| The idea
and aim of Freemasonry is to influence the process of ennoblement
and personal improvement by promoting humility, tolerance and compassion.
Those qualities which the members master in the lodge should be practised
in their daily lives.
These human qualities
can of course be attained and practised by others who are not freemasons,
but the Order of Freemasons in an organisation where this thought
has taken a practical form which enable its members to develop it
through ancient rituals, and with dignity.
The Norwegian order of
Freemasons does not engage itself in national or international political
issues, nor does it engage itself in religious or social disputes.
The members shall show
loyalty to the authority and laws of the land. They shall show respect
for the Order itself and the aims of Freemasonry.
Our present day Freemasonry grew forth in England and
Scotland in the 1600´s as an ethical and philosophical system
based on the art of building, its symbolism and history. The Order,
in its original form, was created in 1717 when four Masonic lodges
in London amalgamated to form The Grand Lodge.
The system was quickly
adopted and became predominant in continental Europe. The first
Norwegian lodge was founded on the 24th. June 1749 on Bygdøy,
a peninsular on the Oslo Fjord.
is a lodge
It is the name given to the assembly room or building
where the Masonic brothers meet. A lodge meeting, as a rule, includes
a solemn ceremony where new brothers are received into their respective
degrees. These admissions are conducted within a framework of solemnity
with opening and closing ceremonies, with music and rituals rich
in tradition. The lodge evening closes with a simple meal in an
air of informality among the brothers.
The foundation for our
Masonic system is the first three degrees, which are called Johannes
Freemasonry where brothers receive the titles appropriate to their
degree - I. Apprentice II. Fourmymon III Master as in accordance
with the art of building.
This is followed by Andrews
masonry, which works within the IV, V and VI degrees.
The final section is
Kapitlet for brothers of the VII - X degree.
A few brothers with special
responsibility within the Order may receive titles like Knight and
Commander of the Red Cross XI degree.
Besides the countrys
77 lodges there are numerous brother societies which work within
the same framework as the lodges, but are not allowed to initiate
does one become a member
To become a member of the Norwegian Order of Freemasons,
which has today almost 17.000 members, one must be sponsored by
two members of the Order, one of whom must have obtained the degree
of Master Mason. Those seeking admission must profess to the Christian
faith, have reached the age of 24 and be known to have stability
in his daily life.
Those interested in membership must take contact with a freemason
he knows personally and who is willing to recommend him as a member.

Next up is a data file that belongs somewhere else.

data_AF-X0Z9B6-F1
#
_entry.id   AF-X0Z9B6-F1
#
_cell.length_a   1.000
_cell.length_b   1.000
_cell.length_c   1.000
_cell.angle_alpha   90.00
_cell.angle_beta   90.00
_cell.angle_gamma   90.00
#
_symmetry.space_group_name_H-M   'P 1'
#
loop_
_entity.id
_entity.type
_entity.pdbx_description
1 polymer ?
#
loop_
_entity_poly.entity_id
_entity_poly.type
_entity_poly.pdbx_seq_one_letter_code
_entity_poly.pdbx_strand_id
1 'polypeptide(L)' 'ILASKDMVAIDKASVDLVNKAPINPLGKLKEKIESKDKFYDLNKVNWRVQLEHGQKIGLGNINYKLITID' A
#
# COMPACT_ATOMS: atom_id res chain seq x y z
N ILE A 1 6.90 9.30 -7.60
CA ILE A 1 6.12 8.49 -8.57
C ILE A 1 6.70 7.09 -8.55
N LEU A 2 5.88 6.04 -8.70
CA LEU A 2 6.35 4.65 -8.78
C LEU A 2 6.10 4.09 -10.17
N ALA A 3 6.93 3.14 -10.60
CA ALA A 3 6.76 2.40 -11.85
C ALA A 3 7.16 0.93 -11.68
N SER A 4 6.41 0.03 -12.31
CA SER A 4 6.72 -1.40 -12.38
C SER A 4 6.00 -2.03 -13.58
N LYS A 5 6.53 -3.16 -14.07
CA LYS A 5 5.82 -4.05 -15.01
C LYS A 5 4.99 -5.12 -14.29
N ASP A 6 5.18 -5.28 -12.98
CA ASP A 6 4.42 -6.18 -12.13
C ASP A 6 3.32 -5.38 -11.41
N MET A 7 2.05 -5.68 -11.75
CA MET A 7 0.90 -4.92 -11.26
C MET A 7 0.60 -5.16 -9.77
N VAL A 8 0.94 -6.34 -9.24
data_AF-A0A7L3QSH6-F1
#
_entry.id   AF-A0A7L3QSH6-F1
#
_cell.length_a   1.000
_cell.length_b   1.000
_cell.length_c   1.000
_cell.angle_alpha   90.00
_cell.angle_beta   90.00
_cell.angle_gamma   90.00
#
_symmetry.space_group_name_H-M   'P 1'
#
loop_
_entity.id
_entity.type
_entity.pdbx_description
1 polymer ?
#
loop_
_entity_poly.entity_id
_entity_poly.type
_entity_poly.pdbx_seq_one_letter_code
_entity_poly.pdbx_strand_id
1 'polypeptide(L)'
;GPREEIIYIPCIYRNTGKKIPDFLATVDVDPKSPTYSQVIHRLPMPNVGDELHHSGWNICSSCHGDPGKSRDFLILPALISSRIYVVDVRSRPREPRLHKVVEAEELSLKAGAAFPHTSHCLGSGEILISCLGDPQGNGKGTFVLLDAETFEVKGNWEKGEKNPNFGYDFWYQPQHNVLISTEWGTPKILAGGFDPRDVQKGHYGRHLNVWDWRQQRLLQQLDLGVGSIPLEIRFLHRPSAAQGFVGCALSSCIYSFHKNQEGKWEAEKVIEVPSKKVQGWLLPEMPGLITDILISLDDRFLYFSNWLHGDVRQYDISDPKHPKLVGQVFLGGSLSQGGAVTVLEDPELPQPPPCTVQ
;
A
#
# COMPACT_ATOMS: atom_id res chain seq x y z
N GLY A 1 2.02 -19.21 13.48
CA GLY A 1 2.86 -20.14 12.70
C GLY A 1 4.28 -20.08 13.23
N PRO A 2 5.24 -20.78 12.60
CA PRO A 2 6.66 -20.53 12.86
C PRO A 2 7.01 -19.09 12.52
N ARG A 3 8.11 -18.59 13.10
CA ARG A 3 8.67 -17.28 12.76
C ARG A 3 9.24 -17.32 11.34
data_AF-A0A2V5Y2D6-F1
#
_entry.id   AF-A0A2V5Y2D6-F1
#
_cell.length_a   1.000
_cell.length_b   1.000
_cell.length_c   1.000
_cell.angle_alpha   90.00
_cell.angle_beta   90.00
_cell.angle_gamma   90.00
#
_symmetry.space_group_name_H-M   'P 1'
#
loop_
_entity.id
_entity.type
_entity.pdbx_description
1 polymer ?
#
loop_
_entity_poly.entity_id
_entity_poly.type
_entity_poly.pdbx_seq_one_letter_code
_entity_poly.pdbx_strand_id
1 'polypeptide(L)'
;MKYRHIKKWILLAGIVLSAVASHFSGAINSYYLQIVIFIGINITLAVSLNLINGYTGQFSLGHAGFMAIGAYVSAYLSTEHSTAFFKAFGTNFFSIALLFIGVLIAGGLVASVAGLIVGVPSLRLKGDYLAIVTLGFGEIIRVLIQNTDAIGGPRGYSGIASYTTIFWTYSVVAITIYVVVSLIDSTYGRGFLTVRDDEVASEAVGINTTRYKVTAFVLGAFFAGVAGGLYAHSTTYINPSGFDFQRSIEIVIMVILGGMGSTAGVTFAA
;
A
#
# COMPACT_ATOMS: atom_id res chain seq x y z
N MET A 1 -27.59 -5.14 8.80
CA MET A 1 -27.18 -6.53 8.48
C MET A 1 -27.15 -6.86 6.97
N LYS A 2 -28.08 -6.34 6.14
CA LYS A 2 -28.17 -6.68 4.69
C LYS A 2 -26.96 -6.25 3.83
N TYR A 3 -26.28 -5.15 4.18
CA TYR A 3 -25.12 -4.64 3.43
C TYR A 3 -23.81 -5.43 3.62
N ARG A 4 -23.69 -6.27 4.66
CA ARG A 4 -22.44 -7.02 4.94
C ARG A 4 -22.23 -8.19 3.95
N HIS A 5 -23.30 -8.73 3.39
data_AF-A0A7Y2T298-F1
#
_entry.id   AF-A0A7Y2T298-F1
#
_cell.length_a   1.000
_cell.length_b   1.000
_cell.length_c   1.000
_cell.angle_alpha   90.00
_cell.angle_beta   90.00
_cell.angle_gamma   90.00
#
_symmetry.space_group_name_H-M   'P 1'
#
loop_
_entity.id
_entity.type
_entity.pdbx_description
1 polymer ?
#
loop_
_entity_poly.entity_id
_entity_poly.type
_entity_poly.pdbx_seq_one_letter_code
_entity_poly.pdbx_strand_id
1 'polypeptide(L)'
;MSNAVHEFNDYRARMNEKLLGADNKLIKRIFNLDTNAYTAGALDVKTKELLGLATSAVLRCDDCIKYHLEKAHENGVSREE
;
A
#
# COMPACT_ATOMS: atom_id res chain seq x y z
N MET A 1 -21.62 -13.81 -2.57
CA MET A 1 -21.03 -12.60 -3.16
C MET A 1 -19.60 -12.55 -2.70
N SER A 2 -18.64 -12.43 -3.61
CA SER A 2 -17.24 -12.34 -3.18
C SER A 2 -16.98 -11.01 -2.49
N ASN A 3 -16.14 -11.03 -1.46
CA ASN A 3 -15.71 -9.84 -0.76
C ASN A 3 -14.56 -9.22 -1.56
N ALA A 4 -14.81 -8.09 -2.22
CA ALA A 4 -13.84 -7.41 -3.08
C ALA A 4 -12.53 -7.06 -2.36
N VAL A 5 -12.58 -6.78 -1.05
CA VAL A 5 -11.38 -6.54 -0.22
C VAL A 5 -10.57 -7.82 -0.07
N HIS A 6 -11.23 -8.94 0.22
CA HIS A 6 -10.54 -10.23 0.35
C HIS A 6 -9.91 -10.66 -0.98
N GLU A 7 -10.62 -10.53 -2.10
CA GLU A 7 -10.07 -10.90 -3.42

This application for membership should be a completely free decision,
no one should be persuaded to become a member. It is the case of
a strong personal relationship.
secret, but closed
The Norwegian Order of Freemasons is not a secret order.
It operates openly. The list of members is available for anyone,
likewise the Laws of the Norwegian Order of Freemasons, which can
be read by anyone. It is evident from this that the Masonic system
worked to has its basis in the Christian faith.
It is in point of fact
a Christian Order, but within this framework no demands are made
for adherence to special dogmas or creeds.
The Masonic learning
system is closed to outsiders. Freemasonry is a school lasting a
lifetime where a Mason has to work through the degrees.
The content of each degree
is held closed until the freemason himself has had the opportunity
to take a standpoint on questions and challenges, which are attached
to each new degree.
The Norwegian Order of Freemasons is an independent, national order,
unbound and under no obligation to any foreign order unlike the
other Nordic orders. There is however good co-operation between
the lodges in the North and many other lands all over the world.
Each countrys freemasonry
organisation is an independent Masonic society. There is no international
organisation. Today there are about six million Freemasons throughout
To show compassion and fellowship is an obligation for each human
being, but a freemason is especially bound and must be most vigilant
in this area.
Regular collections are
arranged to support and help our fellow mortals who might be in
need of a helping hand. Annually a cause or institution is chosen
for the Orders Common Gift, and a united collection is taken
on its behalf.
As can be seen from the
list later in the program, the Norwegian Order of Freemasons is
represented with lodges and brother societies in most towns and
many of the other denser populated areas of Norway.
who may be interested in further information
should enquire at their local lodge or brother society.
to main page